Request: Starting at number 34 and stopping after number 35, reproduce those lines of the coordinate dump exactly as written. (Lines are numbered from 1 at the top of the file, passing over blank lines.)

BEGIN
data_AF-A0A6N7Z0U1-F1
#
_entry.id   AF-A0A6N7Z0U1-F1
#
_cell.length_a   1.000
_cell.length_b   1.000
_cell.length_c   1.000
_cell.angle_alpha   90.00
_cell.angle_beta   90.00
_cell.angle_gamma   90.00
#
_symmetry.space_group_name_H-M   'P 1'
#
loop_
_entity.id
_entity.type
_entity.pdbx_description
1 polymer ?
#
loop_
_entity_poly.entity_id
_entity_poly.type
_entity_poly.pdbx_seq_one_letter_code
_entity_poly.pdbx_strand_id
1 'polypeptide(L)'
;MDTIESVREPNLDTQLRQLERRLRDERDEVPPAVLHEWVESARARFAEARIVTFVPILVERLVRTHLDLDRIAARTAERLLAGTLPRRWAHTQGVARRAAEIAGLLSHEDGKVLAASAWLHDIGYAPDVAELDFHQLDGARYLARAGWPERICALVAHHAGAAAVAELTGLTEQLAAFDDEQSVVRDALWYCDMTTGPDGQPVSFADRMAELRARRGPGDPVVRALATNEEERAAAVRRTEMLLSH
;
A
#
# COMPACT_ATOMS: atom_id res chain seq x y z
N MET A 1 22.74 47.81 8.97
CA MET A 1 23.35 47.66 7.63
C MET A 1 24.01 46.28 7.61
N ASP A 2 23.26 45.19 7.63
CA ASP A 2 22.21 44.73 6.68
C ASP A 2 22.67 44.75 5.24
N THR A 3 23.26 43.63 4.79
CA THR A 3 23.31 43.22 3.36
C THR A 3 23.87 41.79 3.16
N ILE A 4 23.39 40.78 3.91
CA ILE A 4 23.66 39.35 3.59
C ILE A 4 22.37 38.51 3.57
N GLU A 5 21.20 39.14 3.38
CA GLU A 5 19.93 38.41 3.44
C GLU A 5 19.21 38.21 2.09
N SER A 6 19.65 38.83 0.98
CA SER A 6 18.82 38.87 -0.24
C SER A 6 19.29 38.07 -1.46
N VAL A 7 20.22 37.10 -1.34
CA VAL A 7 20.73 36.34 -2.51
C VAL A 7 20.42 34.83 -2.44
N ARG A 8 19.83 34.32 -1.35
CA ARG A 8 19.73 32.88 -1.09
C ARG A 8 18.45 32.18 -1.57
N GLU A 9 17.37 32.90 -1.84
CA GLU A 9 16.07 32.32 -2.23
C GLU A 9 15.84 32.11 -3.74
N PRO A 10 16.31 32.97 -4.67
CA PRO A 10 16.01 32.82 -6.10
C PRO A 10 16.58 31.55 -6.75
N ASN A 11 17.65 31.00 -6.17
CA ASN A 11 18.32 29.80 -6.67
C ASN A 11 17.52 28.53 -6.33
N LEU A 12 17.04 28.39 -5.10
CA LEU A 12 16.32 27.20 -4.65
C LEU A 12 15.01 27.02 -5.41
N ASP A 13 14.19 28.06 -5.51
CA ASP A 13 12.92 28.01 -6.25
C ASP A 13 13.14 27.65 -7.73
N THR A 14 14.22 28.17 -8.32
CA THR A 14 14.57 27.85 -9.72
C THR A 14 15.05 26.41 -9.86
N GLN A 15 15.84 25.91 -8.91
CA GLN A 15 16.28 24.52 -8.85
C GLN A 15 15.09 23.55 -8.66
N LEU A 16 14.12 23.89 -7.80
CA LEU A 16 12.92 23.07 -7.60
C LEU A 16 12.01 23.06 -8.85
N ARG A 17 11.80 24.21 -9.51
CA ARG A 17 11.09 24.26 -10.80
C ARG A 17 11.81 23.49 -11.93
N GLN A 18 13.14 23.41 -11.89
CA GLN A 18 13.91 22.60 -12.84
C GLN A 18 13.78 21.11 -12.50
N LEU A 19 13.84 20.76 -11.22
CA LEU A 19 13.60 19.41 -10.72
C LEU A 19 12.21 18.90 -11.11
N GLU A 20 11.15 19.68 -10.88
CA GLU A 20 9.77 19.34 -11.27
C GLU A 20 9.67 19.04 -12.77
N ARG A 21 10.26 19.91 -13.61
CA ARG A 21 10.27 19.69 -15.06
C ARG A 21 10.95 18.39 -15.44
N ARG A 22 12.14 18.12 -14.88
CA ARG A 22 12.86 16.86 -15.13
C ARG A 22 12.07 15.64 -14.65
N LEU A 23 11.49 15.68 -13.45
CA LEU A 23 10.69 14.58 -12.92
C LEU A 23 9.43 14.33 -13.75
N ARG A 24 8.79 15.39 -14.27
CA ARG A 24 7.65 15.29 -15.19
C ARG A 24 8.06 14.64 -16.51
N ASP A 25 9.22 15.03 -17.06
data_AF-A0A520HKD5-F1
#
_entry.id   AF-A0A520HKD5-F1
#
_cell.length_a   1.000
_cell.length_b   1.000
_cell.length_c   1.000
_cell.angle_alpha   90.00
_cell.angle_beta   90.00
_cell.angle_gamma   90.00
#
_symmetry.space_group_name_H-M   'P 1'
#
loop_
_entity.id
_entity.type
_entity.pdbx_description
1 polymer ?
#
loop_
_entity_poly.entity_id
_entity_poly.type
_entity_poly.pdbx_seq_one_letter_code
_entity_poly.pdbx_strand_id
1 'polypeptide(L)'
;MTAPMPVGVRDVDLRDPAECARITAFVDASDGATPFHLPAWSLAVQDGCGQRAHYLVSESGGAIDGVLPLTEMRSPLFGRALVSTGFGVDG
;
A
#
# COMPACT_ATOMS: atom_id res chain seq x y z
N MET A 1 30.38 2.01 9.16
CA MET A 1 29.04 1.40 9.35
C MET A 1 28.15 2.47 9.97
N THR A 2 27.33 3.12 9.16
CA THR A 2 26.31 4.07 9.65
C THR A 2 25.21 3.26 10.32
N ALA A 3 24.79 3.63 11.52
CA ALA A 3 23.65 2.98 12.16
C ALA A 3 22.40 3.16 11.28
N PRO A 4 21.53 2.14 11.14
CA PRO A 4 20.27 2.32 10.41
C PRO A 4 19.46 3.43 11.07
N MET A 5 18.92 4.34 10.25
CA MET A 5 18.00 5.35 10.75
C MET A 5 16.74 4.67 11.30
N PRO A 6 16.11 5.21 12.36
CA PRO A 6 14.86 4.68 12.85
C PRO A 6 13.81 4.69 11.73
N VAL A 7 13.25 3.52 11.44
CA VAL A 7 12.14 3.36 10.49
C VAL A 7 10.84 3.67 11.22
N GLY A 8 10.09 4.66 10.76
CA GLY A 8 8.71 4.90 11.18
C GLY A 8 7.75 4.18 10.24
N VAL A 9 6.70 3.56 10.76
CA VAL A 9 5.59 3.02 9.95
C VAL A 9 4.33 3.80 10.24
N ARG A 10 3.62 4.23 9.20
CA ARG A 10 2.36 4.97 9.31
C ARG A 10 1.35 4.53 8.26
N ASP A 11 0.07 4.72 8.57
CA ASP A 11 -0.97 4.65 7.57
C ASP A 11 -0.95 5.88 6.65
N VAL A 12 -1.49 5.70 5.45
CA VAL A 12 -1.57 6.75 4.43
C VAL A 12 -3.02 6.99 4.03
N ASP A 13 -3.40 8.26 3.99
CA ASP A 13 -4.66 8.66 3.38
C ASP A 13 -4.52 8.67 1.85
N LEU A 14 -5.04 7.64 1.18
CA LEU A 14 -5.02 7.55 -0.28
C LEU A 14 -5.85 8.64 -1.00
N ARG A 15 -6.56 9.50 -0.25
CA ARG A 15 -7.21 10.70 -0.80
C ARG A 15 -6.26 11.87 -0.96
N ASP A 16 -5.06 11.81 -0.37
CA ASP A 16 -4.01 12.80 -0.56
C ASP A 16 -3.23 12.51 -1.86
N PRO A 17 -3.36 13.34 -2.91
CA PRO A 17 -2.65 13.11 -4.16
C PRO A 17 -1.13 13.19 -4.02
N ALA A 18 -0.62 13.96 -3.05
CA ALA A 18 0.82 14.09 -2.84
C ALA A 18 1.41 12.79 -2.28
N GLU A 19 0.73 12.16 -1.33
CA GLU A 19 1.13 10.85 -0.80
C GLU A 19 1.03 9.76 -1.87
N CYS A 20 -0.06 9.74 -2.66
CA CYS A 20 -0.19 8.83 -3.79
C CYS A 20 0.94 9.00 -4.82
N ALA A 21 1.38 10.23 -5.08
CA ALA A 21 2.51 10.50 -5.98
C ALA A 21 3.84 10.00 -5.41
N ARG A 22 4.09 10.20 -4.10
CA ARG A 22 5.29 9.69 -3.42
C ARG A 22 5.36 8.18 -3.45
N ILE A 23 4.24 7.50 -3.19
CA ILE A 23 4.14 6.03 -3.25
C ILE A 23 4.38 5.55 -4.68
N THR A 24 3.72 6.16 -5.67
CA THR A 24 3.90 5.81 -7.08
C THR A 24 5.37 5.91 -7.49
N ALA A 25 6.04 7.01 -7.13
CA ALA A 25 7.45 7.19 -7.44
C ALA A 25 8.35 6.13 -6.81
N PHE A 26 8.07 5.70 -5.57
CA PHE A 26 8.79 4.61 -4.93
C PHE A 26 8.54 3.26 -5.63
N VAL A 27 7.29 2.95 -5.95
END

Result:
N ASP A 2 23.26 45.19 7.63
CA ASP A 2 22.21 44.73 6.68